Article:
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Remembering Reed Parlier: 'I Know He Was Going To Do Great Things'

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The Parlier Family

Thursday marks one year since a gunman opened fire on a UNC Charlotte building during the last day of spring semester classes. The violence resulted in the deaths of students Reed Parlier and Riley Howell and left four others injured. We’ll hear from the Howell family Thursday. On Wednesday, we turn to the Parliers. They are still navigating through the grief and pain of losing 19-year-old Reed. His family remembers him as thoughtful, witty -- and as a hero.

In the days after her son was killed, Julie Parlier has a memory that has stayed with her. She remembers an insistent butterfly last May, determined to get her attention.

"I was at the park and it just was flying around my head and was right in my face for like a minute," she recalls. 

She didn’t think too much of it until her daughter, Mallory, mentioned she had a similar experience. And then her husband, Brian, chimed in with his own story.

The day after the shooting, a couple of persistent butterflies were trying to let him know they were there.

"Two butterflies flew around my head and one landed on my shoulder," he remembers. "I didn’t think much about it much about it until I heard Mallory and Julie telling their stories."

"Butterflies have now become a kind of symbol of Reed I guess you could say," Julie adds.

Looking for these signs of Reed are important to the Parliers. They remember Reed as kindhearted and intelligent. A quiet observer, and quick-witted in nature. And he loved video games. Reed’s sister, Mallory, still plays some of his favorites -- like one called “The Last Of Us” -- to stay connected to her brother.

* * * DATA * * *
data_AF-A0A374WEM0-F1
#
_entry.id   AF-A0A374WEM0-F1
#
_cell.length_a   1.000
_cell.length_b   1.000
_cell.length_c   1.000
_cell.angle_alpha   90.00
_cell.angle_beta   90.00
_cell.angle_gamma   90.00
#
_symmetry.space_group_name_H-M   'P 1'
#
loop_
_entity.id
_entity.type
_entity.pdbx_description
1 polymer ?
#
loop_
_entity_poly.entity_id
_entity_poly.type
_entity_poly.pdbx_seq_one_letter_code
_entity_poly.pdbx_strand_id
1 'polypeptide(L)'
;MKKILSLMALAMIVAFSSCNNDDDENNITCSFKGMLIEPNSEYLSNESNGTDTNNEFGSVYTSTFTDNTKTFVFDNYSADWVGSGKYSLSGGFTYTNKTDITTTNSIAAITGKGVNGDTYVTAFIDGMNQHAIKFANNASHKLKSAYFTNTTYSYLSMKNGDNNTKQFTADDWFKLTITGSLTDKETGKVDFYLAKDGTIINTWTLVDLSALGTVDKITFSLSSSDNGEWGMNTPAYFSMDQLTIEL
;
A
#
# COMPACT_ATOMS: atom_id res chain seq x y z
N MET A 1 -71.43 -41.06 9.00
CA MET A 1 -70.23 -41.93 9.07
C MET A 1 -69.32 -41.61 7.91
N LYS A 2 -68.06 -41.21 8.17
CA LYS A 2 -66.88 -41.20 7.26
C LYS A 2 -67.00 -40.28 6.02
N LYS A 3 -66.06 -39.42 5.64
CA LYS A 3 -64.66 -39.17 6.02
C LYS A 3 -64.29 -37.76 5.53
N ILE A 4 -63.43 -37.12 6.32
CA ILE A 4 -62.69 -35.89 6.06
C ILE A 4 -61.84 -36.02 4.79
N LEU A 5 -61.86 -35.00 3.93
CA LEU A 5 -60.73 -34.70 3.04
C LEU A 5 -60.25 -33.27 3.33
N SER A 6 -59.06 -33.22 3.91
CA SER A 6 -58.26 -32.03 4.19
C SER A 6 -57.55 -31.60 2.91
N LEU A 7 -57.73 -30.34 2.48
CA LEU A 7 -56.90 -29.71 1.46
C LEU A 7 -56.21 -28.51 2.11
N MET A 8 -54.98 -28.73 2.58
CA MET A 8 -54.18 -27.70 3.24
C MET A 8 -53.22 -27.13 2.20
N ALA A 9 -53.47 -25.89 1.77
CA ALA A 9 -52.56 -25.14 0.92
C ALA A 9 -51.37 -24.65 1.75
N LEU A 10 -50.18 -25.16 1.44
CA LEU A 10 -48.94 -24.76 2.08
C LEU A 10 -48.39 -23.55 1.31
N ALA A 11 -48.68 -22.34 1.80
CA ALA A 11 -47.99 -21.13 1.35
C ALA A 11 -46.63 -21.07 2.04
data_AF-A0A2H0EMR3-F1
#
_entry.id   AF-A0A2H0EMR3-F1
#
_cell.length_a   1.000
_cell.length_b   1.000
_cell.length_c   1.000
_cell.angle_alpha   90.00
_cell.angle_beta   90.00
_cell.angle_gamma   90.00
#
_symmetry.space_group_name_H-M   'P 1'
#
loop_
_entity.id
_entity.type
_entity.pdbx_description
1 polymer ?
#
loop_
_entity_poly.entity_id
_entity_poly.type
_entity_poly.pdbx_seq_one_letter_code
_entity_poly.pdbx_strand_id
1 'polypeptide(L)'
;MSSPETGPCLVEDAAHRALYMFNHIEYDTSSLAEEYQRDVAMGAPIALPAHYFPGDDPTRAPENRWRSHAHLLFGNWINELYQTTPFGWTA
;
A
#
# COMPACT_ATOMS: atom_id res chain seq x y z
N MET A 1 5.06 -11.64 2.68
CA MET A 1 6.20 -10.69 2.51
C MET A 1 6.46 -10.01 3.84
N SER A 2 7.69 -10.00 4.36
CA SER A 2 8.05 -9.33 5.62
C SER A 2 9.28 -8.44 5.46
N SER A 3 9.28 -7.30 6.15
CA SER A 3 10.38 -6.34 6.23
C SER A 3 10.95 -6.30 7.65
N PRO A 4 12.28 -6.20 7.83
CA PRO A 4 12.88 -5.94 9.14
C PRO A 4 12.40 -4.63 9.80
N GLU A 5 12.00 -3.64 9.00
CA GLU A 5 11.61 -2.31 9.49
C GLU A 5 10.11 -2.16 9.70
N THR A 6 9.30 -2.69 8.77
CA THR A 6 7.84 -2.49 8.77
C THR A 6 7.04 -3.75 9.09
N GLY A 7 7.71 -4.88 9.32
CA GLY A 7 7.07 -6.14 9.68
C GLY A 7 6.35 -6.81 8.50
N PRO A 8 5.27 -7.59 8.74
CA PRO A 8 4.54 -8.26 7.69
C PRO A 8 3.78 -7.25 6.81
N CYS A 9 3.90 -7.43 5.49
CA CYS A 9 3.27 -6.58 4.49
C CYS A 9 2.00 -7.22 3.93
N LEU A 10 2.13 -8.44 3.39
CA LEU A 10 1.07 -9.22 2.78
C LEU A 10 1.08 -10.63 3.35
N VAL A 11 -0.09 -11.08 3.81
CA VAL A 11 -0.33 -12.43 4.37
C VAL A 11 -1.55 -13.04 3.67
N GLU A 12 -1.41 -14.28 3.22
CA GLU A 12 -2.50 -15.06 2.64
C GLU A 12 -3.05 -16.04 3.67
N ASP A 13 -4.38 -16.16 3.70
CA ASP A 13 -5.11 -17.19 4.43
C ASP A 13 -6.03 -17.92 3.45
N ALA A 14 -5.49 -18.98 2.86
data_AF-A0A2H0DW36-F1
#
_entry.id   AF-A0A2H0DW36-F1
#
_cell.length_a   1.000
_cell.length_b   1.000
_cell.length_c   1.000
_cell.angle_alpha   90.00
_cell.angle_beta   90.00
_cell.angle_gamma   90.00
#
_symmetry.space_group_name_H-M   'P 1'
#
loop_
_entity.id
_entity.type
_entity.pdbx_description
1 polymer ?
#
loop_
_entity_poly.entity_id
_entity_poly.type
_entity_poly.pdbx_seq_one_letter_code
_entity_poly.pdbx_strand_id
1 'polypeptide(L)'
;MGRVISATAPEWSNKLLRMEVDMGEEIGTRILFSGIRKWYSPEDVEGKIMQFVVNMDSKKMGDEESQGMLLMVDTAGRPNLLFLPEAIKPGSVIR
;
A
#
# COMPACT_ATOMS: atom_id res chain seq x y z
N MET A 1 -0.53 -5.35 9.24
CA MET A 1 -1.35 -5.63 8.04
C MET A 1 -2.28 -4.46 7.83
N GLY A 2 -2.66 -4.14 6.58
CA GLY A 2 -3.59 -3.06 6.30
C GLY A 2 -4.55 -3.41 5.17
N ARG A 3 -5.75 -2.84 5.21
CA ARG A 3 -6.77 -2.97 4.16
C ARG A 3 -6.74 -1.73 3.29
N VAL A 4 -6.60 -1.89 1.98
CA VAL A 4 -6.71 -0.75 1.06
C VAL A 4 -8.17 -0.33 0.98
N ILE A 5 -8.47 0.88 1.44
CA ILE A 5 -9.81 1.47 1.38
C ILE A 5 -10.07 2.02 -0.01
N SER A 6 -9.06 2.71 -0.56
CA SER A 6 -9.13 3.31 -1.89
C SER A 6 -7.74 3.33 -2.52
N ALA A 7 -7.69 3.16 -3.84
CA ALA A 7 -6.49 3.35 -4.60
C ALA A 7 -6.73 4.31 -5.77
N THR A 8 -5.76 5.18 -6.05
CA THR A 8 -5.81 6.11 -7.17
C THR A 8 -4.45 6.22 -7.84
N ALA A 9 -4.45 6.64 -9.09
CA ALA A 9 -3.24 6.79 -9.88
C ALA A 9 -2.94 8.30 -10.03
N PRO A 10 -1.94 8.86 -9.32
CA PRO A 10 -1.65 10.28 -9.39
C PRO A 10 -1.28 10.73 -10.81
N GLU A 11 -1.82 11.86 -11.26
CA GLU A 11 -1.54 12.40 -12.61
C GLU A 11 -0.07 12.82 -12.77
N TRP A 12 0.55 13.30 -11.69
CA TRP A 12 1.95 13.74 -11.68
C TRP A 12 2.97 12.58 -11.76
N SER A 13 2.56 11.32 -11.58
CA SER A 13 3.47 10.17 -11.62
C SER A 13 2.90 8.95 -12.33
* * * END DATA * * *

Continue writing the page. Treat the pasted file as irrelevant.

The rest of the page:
"It’s been a difficult year in that it is her senior year of high school, she turned 18 in March so there have been milestones for her this year that we have celebrated," Julie says. "But still, that void and that emptiness is constantly surrounding all of us."

The Parliers have tried their best to walk that tightrope of maintaining some family privacy, and speaking out on behalf of their son’s legacy.

Julie has dreaded this one-year anniversary, knowing there would be events and press interviews asking her family to discuss the most vulnerable and painful part of their lives. But they do it now, for Reed.

"To this day, I hate that I’m having to do these interviews," Julie says. "But we don’t want Reed forgotten. We don’t want Reed to not be remembered as a hero himself. I guess I would say I just wish I had the opportunity to see what Reed was going to do, because I know he was going to do great things."

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Credit Parlier family
Reed pictured with his mother, Julie Parlier.

Brian and Julie have a relationship with the family of Riley Howell, the other student who died, by a bond that formed in the aftermath of Reed and Riley’s deaths. The families were in close contact, especially as the criminal case unfolded.